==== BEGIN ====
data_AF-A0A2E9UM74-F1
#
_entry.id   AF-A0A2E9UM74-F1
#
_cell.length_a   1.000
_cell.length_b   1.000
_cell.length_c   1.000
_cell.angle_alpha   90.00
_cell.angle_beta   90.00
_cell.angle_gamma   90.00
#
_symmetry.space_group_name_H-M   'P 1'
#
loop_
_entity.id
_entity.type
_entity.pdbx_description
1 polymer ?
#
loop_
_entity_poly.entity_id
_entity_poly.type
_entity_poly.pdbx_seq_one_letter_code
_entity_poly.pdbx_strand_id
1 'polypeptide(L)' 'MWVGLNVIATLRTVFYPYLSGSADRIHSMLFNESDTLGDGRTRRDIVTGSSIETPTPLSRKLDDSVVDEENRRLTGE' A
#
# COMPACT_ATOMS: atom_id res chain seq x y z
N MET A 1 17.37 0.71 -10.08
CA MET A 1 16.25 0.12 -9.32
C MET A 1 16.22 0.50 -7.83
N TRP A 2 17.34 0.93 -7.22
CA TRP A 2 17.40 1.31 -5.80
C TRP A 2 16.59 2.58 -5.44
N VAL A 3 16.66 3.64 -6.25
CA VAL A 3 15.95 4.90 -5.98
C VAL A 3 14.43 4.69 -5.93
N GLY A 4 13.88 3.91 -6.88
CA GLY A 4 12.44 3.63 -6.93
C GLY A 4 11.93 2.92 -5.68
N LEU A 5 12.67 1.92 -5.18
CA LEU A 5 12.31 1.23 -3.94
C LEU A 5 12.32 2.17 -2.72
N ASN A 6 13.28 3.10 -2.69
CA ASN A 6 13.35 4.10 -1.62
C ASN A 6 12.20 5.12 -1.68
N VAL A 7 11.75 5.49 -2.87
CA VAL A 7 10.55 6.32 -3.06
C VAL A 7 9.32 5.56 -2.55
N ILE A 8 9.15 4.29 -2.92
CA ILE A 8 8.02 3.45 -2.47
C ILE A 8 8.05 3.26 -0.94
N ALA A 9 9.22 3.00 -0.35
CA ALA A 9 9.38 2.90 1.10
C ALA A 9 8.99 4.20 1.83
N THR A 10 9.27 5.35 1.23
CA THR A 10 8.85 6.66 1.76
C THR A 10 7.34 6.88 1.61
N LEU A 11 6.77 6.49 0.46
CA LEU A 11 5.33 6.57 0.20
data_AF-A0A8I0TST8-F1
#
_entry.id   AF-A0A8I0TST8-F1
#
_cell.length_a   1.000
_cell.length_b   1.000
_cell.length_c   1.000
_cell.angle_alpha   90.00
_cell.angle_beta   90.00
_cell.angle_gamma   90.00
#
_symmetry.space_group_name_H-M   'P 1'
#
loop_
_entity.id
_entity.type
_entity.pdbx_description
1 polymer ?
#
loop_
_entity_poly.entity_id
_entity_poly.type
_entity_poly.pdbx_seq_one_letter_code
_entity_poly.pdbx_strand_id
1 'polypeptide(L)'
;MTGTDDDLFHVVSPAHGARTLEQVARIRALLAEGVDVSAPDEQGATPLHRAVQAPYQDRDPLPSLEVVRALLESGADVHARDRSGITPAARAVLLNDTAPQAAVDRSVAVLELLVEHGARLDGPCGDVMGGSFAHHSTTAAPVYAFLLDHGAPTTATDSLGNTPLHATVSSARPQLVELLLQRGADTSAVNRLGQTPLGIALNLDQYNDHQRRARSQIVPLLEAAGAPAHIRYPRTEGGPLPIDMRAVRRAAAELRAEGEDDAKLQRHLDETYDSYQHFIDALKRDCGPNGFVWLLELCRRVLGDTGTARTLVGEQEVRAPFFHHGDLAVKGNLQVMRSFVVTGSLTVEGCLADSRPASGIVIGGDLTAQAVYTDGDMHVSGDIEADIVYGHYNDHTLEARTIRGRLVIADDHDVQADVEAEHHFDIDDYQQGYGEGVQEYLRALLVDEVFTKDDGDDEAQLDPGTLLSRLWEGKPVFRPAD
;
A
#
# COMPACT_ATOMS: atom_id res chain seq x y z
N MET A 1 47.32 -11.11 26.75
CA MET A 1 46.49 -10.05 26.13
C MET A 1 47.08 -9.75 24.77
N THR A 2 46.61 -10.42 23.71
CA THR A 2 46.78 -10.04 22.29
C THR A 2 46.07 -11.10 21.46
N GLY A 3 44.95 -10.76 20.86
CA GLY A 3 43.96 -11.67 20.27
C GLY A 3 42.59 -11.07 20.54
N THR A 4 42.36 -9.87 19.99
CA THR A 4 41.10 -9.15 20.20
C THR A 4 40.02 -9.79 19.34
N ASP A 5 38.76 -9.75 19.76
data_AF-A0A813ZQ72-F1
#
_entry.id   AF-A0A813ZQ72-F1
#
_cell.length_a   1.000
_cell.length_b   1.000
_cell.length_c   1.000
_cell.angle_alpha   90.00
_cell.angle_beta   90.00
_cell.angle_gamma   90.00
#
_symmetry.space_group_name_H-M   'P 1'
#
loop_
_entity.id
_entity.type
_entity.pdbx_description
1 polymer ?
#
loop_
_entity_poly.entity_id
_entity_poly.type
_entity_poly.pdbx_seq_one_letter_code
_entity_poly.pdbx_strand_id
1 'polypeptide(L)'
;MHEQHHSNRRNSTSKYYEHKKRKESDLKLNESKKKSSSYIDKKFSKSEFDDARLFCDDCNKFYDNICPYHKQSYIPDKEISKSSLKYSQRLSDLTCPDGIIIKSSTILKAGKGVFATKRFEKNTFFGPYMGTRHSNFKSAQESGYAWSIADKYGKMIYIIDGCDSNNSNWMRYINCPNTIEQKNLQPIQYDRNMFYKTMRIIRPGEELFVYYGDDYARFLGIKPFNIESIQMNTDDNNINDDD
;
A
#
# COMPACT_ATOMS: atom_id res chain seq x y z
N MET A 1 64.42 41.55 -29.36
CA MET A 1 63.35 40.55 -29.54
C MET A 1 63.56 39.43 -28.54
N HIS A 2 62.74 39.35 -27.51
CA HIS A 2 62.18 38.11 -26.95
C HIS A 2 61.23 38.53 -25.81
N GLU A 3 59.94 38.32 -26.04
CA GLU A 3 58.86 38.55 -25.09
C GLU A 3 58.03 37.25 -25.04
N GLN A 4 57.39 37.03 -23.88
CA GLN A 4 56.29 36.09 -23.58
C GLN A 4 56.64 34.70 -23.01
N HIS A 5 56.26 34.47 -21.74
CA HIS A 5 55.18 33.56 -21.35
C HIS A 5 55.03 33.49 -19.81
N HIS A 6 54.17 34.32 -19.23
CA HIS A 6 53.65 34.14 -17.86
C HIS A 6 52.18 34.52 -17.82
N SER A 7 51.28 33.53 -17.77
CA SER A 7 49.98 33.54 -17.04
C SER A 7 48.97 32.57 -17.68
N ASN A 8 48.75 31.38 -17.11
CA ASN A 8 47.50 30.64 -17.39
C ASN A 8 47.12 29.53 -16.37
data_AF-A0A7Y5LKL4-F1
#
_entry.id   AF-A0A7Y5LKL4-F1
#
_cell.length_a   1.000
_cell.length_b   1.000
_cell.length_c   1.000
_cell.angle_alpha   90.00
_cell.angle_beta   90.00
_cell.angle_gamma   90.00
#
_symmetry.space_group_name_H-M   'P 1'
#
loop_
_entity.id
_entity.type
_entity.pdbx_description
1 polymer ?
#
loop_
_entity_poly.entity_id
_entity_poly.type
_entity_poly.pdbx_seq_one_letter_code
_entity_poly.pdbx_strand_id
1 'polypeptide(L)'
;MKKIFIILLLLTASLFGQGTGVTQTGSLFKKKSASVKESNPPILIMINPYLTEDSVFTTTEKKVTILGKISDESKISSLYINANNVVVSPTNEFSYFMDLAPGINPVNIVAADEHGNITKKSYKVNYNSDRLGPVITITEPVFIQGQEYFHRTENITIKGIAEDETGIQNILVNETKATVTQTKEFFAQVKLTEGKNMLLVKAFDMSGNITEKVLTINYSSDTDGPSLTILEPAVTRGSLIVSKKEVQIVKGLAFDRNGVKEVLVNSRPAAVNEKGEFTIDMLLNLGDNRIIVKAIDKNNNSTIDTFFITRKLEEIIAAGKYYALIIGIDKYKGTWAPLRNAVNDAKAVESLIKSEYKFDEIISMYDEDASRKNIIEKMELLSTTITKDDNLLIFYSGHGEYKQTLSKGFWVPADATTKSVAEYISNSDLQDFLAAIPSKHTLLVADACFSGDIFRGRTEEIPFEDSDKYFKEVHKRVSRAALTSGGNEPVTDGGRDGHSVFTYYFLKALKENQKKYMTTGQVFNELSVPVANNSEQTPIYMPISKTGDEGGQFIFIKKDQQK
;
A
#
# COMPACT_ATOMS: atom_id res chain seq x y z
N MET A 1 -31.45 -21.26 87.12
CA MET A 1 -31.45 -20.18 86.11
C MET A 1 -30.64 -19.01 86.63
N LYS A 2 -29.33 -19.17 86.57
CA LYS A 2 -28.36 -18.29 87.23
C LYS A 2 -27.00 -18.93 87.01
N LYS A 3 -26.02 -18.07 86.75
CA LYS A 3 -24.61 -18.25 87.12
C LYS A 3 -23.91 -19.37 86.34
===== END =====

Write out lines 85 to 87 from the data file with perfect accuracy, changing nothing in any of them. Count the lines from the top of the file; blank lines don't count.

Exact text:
;MTGTDDDLFHVVSPAHGARTLEQVARIRALLAEGVDVSAPDEQGATPLHRAVQAPYQDRDPLPSLEVVRALLESGADVHARDRSGITPAARAVLLNDTAPQAAVDRSVAVLELLVEHGARLDGPCGDVMGGSFAHHSTTAAPVYAFLLDHGAPTTATDSLGNTPLHATVSSARPQLVELLLQRGADTSAVNRLGQTPLGIALNLDQYNDHQRRARSQIVPLLEAAGAPAHIRYPRTEGGPLPIDMRAVRRAAAELRAEGEDDAKLQRHLDETYDSYQHFIDALKRDCGPNGFVWLLELCRRVLGDTGTARTLVGEQEVRAPFFHHGDLAVKGNLQVMRSFVVTGSLTVEGCLADSRPASGIVIGGDLTAQAVYTDGDMHVSGDIEADIVYGHYNDHTLEARTIRGRLVIADDHDVQADVEAEHHFDIDDYQQGYGEGVQEYLRALLVDEVFTKDDGDDEAQLDPGTLLSRLWEGKPVFRPAD
;
A